The assailants stormed the mosque, claiming it was illegal because it stood in a designated area sacred to Buddhists. The mosque was evacuated, Friday prayers were cancelled, and police sealed the building. News reports suggest that crude petrol bombs had been thrown at the mosque the previous night, causing minor damages. The mob also called for the demolition of a Hindu temple being built in the zone.
Video footage from the time of the incident shows monks stirring up tensions along ethno-religious lines, with one declaring “a victory for those who love the race, have Sinhala blood, and are Buddhists”. Another monk disrobed and exposed himself to the mosque, in a sign of disrespect, and others were involved in physical violence.
According to Associated Press (AP), Laskhman Perera, a parliamentarian from the ruling United People’s Freedom Alliance, said on Monday that the mosque and other buildings would be relocated to outside the designated sacred zone within six months.
The claim that the mosque is illegal is highly questionable. The Muslim Council of Sri Lanka (MCSL) confirmed in a statement on Tuesday that the mosque was officially registered and had existed for over 50 years, significantly pre-dating the designation of a sacred area.
The MCSL statement continued, “It is regrettable that a group of radical elements of the Buddhist community has been consistently undermining the coexistence of the different ethnic communities in Sri Lanka.”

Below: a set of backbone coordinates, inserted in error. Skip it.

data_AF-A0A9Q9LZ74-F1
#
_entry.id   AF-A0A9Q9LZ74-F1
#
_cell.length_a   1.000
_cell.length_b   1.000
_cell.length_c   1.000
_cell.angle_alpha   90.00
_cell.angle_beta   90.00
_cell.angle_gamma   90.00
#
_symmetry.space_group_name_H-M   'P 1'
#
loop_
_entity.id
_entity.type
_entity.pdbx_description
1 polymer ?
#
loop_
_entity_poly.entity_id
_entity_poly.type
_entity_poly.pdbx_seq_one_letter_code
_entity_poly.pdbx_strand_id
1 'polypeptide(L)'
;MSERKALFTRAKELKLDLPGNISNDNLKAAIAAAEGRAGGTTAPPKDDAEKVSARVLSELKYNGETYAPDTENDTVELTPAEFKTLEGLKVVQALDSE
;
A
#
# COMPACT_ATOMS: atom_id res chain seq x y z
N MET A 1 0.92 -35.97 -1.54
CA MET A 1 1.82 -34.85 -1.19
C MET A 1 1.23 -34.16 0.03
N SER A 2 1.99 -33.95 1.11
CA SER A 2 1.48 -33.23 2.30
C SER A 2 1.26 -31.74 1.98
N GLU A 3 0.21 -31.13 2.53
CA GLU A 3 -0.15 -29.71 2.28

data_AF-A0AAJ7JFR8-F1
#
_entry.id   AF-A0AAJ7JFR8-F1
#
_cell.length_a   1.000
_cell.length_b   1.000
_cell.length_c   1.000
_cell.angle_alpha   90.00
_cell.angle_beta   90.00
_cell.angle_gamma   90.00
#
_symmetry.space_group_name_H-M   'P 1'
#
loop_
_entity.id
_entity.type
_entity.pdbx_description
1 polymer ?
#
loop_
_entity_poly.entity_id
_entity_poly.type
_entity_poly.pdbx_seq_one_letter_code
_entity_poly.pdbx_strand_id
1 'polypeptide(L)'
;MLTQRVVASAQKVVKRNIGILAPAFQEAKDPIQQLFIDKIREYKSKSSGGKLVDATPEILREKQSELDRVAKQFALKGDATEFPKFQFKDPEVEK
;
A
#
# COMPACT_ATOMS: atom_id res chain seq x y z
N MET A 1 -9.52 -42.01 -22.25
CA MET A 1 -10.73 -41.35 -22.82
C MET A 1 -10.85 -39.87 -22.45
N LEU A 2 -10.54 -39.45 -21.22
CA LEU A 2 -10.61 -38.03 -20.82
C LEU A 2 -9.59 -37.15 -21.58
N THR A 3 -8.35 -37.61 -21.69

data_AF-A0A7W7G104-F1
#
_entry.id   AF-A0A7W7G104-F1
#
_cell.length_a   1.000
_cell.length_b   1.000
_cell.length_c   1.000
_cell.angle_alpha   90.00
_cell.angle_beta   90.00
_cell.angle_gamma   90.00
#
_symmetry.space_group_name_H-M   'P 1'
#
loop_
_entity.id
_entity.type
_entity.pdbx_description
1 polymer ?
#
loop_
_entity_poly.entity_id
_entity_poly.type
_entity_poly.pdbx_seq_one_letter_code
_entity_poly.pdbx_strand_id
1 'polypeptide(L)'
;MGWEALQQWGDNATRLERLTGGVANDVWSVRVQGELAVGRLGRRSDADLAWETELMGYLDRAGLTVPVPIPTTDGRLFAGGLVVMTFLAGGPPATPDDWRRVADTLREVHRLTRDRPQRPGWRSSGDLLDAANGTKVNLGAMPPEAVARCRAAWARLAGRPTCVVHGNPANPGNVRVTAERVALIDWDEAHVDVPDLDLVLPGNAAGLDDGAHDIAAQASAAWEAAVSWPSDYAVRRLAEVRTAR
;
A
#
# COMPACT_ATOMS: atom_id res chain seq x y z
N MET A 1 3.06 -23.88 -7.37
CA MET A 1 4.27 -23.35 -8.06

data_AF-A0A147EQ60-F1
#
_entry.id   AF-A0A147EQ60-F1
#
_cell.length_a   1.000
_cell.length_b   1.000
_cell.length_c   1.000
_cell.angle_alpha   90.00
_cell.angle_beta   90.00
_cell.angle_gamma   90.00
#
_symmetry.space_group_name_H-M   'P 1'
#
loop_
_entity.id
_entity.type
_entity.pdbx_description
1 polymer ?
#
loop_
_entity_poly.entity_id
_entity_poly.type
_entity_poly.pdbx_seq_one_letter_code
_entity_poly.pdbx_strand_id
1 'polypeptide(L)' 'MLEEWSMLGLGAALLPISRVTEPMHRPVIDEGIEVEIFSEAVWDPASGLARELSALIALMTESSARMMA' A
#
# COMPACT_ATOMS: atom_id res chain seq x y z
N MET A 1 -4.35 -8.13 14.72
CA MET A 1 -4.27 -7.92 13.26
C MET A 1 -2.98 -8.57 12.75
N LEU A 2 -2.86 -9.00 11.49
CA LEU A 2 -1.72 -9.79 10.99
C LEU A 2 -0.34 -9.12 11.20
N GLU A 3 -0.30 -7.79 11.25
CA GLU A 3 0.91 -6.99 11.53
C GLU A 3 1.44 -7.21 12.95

In a submission this week to Sri Lanka’s Universal Periodic Review (UPR) at the United Nations, CSW recommended that “Sri Lanka should ensure that all religious denominations which act in a lawful and peaceful manner are granted equal treatment under the law, and should ensure that all citizens are able to enjoy the right to FORB irrespective of their religious affiliation”.
CSW’s South Asia Team Leader David Griffiths said, “Sri Lanka is still reeling from the effects of the long-running civil war which had deep and profound implications for the social and political fabric of nation. Against this background, it is vital that the government do everything in its power to safeguard the rights of all its citizens through the rule of law, and foster a sense of citizenship that transcends ethnic and religious identities. Although on a much smaller scale, the incident in Dambulla is somewhat reminiscent of the 1992 storming of the Babri Masjid mosque in Ayodhya, India, which provided an enduring rallying point for Hindu extremist hatred and violence against Muslims. The Sri Lankan government must resolve the Dambulla matter in a fair and equitable manner, and ensure that all religions and their adherents are accorded equal respect. This is particularly important to safeguard against the threat posed by hard-line Sinhala Buddhist nationalists against all religious minority communities.”
For further information, visit www.csw.org.uk.